Recipies with chicory
|Braised Chicory||Easy||0||Zinfandel||Saveurs du Monde|
|Coffee and Chicory Charlotte with Brown Sugar Caramel Sauce||Easy||221||Saveurs du Monde|
|Fish Carbonade with Beer||Easy||79||Saveurs du Monde|
|Scampi in Saffron Batter with Winter Salad||Average||422.8||Chardonnay||Saveurs du Monde|
* This information is for illustrative purposes only. Your cooking techniques and products used can significantly change the nutritional values of your recipe.
From the Greek kikhorion; its ancient Latin name, cichorium intybus means "January plant" or "winter salad."
Chicory is an annual or biennial herbaceous plant with rosette leaves produced from certain tender-rooted varieties, from the same family as endive.
Since antiquity, wild chicory has been the delight of cooks and Egyptian, Greek and Roman physicians. Grown principally in Flanders, in the triangle defined by Dunkirk, Calais and St. Omer, chicory is harvested in the fall. Drying takes place just a few days after picking so that the root retains all its qualities. The root is then cut up and ground. It is sold powdered, in liquid form or as an extract.
What is referred to as "leaf" chicory falls into several categories:
- Curly endive
- Witloof, or Belgian endive
- Red or Treviso chicory (radicchio)
- There is even a variety called "sugar loaf," because of its shape
Nutritional values per 100 g
Calories: 23; Water: 95%; Carbohydrates 4.7 g; Fat 0.3 g; Protein, 1.7 g. Rich in calcium, phosphorus, Vitamins B and C.
The stem should be firm and crisp; the leaves should not be blackened or soft. The head should be compact with the leaves ranging from red to purple.
Chicory is delicate and should be eaten right away. It can, if necessary, be stored for a few days in a cool place or in the refrigerator crisper.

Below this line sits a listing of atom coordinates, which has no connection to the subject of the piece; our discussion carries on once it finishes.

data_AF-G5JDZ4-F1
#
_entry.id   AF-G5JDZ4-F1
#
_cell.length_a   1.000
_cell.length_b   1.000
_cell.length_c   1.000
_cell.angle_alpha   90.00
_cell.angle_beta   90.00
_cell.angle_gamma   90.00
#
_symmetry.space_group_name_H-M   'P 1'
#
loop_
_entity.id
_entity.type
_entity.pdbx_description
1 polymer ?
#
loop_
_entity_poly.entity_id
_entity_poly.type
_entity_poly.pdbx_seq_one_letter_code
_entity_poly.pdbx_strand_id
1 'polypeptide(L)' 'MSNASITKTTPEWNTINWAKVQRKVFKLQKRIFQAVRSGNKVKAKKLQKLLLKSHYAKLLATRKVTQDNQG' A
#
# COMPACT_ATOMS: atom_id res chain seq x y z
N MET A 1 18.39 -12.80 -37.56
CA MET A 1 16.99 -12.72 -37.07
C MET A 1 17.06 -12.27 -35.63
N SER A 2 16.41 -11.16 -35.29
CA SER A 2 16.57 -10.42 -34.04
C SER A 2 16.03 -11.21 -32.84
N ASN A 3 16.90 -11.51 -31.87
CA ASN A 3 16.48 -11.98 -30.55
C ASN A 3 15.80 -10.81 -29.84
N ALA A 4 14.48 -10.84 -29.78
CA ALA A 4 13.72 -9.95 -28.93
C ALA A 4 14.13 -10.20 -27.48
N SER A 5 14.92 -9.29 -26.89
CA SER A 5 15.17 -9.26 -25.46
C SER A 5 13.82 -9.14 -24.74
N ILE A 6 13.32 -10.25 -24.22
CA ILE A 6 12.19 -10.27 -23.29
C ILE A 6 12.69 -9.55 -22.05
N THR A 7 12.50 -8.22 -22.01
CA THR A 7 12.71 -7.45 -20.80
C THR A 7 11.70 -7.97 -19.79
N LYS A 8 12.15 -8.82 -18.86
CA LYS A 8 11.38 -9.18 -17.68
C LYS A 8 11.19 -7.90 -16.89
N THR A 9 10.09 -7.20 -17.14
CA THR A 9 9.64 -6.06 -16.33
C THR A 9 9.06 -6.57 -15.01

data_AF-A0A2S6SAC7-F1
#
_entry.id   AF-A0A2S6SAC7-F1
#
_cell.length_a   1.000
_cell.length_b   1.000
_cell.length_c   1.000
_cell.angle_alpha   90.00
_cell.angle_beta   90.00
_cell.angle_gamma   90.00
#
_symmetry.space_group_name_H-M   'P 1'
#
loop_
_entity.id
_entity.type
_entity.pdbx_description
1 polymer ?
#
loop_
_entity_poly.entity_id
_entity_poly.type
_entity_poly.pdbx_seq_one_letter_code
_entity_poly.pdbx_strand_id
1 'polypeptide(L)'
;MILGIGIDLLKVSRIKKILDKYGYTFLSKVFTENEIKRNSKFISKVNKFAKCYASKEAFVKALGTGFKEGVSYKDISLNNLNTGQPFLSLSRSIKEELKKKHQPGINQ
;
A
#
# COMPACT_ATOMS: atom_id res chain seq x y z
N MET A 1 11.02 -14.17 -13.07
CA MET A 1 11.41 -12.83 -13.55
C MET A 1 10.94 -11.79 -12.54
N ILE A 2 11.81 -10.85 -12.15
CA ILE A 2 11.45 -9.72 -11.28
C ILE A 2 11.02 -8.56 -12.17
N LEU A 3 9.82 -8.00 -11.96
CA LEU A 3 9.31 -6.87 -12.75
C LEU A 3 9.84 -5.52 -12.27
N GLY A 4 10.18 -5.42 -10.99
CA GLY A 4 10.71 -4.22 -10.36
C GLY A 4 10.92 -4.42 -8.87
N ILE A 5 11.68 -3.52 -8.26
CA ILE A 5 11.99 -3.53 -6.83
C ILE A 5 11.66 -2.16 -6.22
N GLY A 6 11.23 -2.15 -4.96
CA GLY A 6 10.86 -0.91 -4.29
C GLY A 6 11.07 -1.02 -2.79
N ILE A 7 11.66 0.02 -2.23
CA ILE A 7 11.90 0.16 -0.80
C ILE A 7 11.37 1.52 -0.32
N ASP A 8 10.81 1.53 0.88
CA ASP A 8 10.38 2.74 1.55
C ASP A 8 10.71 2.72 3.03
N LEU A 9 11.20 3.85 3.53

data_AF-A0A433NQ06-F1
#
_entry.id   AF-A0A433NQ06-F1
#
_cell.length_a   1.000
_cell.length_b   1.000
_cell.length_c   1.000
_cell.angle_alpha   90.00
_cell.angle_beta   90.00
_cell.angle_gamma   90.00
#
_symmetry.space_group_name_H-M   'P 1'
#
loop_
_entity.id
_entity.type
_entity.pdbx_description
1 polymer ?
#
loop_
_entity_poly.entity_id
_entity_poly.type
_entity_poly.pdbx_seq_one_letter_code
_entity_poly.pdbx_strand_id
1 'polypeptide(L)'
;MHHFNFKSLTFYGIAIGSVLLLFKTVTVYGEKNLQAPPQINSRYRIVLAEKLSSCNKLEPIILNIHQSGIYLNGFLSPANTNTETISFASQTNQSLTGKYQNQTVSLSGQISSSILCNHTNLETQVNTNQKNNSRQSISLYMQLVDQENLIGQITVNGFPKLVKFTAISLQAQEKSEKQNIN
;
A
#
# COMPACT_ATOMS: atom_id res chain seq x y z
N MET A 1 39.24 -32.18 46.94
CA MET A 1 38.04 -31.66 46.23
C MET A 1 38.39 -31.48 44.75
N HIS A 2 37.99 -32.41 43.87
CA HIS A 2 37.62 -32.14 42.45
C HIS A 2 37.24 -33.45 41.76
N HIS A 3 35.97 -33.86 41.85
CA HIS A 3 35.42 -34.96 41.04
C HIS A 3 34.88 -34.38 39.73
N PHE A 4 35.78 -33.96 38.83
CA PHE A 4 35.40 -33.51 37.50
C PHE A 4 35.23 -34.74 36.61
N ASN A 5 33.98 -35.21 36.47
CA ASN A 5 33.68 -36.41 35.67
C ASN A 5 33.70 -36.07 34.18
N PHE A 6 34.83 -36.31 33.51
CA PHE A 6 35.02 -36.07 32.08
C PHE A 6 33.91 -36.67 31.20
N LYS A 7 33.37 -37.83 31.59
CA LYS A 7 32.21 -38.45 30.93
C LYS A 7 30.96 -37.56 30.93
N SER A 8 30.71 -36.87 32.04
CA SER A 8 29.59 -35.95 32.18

To increase its keeping time, it can be washed, spun dry and wrapped in a damp cloth.
Airtight packaging will make it rot, so be sure that air can always circulate around the leaves.
- With its bitter taste and dark brown colouring properties, chicory is used in northern France to flavour various preparations;
- it is added to coffee, chocolate, water or milk;
- rich in oligo-fructose, chicory also has a high concentration of inulin, a dietary fibre;
- use the leaves in salad
Chicory is usually eaten raw and is treated as a kind of lettuce or salad green. Its slightly bitter flavour can stand up to assertive ingredients like mustard.
- Chicory is perfect with flavourful dressings, garlic, croutons and bacon.
- Serve in a fall salad with apples and hazelnuts, or with thin green beans, walnuts and grapes
- Or in a tangy salad with diced beets and raspberry vinegar.
- The leaves can be lightly breaded and fried.
The Worldwide Gourmet
Northern France - Cook chicory in a liquid made with beer, veal stock, thyme, bay leaf and juniper berries; thicken and whisk some butter into the sauce; serve with cod poached in the same liquid.
Used in coffee
Some people add a pinch of chicory when making their morning coffee. In the days when coffee was a luxury product, chicory was added to coffee or used as a substitute. This tradition dates back to 1769 in Italy and was taken up some time later in Germany.
During the American civil war, when naval blockades meant a shortage of coffee in New Orleans, chicory was added to extend the brew. The Creoles developed a taste for this blend, and have added chicory to their coffee ever since!